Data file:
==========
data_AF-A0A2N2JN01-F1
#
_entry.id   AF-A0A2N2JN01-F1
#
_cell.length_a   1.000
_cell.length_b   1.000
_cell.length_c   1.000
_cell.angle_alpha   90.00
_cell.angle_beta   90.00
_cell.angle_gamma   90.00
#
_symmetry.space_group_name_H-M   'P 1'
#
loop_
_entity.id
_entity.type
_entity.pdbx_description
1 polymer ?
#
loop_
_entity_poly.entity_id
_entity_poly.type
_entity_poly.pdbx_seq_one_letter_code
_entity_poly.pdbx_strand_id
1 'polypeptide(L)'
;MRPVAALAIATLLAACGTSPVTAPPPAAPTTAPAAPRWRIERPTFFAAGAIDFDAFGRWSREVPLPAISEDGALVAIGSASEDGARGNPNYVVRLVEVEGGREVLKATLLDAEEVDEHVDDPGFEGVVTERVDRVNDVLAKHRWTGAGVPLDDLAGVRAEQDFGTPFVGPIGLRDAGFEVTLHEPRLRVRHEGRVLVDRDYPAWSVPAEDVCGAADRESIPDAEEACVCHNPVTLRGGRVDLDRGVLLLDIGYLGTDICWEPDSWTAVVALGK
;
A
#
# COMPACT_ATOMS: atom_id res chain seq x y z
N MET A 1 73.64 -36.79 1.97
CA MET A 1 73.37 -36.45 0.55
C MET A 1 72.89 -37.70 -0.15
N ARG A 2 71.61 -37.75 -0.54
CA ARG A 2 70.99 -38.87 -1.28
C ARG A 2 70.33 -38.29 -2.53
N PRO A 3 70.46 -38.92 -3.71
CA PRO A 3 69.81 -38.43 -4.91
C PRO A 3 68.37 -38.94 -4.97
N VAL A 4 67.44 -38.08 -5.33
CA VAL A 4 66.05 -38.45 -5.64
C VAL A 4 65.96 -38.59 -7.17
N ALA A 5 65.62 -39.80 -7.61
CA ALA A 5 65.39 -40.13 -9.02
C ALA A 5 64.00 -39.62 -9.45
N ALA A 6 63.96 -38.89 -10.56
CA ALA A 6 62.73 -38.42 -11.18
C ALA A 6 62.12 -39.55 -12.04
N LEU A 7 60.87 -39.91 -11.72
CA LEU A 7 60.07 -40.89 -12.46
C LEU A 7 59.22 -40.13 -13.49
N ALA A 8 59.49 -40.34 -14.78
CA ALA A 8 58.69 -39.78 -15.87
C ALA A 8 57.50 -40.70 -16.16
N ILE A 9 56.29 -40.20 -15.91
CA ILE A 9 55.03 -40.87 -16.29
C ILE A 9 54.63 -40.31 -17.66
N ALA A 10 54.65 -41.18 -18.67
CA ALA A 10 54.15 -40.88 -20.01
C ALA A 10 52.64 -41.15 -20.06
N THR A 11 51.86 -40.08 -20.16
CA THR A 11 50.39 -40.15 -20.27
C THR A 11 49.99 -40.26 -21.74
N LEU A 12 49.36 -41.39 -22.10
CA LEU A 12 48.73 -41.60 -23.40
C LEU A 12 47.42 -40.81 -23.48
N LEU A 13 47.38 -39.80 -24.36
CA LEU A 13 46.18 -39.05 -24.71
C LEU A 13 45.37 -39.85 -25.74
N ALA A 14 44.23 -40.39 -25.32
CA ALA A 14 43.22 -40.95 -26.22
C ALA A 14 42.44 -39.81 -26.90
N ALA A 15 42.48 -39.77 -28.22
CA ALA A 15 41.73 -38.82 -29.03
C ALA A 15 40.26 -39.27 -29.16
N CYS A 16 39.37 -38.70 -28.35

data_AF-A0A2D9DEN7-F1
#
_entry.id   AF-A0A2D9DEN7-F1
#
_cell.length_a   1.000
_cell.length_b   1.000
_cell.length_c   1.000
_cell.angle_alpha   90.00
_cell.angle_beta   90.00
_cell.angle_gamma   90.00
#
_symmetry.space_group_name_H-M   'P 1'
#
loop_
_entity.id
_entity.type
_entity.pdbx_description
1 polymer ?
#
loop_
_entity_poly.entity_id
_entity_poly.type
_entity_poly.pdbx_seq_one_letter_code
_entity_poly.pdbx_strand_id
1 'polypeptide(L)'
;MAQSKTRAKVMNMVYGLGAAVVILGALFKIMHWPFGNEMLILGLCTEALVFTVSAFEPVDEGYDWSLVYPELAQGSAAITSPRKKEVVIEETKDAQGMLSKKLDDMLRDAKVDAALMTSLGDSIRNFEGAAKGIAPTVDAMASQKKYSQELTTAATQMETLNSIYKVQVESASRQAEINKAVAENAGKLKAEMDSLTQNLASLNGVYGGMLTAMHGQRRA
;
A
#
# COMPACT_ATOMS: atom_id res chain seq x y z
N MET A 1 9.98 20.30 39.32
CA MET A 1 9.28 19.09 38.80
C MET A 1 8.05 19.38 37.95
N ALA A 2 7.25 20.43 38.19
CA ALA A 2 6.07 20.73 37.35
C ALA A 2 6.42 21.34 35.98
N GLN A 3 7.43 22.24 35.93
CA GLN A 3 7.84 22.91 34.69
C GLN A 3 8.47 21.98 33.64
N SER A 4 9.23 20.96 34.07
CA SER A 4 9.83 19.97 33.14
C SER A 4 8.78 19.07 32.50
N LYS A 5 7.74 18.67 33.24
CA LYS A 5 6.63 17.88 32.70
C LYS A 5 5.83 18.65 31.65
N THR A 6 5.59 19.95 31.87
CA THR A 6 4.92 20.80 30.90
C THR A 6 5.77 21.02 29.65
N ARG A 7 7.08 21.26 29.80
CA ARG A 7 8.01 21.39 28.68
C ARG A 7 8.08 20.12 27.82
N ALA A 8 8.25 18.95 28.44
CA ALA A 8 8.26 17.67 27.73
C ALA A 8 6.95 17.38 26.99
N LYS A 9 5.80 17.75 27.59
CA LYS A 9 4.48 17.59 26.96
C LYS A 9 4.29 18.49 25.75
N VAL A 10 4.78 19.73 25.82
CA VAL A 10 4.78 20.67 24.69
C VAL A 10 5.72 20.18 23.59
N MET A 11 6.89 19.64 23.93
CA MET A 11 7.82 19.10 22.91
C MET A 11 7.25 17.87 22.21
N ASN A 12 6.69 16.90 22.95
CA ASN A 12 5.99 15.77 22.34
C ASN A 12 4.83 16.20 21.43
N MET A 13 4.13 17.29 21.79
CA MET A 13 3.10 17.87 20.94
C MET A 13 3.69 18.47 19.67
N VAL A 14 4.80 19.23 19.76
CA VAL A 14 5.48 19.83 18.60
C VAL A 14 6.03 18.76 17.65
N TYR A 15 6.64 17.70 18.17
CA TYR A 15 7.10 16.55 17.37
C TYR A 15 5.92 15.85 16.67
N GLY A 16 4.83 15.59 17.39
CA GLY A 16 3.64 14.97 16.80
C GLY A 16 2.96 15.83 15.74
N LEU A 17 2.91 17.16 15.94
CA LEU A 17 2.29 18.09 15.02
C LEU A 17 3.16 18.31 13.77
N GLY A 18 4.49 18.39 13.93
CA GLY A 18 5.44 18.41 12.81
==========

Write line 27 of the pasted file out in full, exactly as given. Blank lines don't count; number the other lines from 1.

;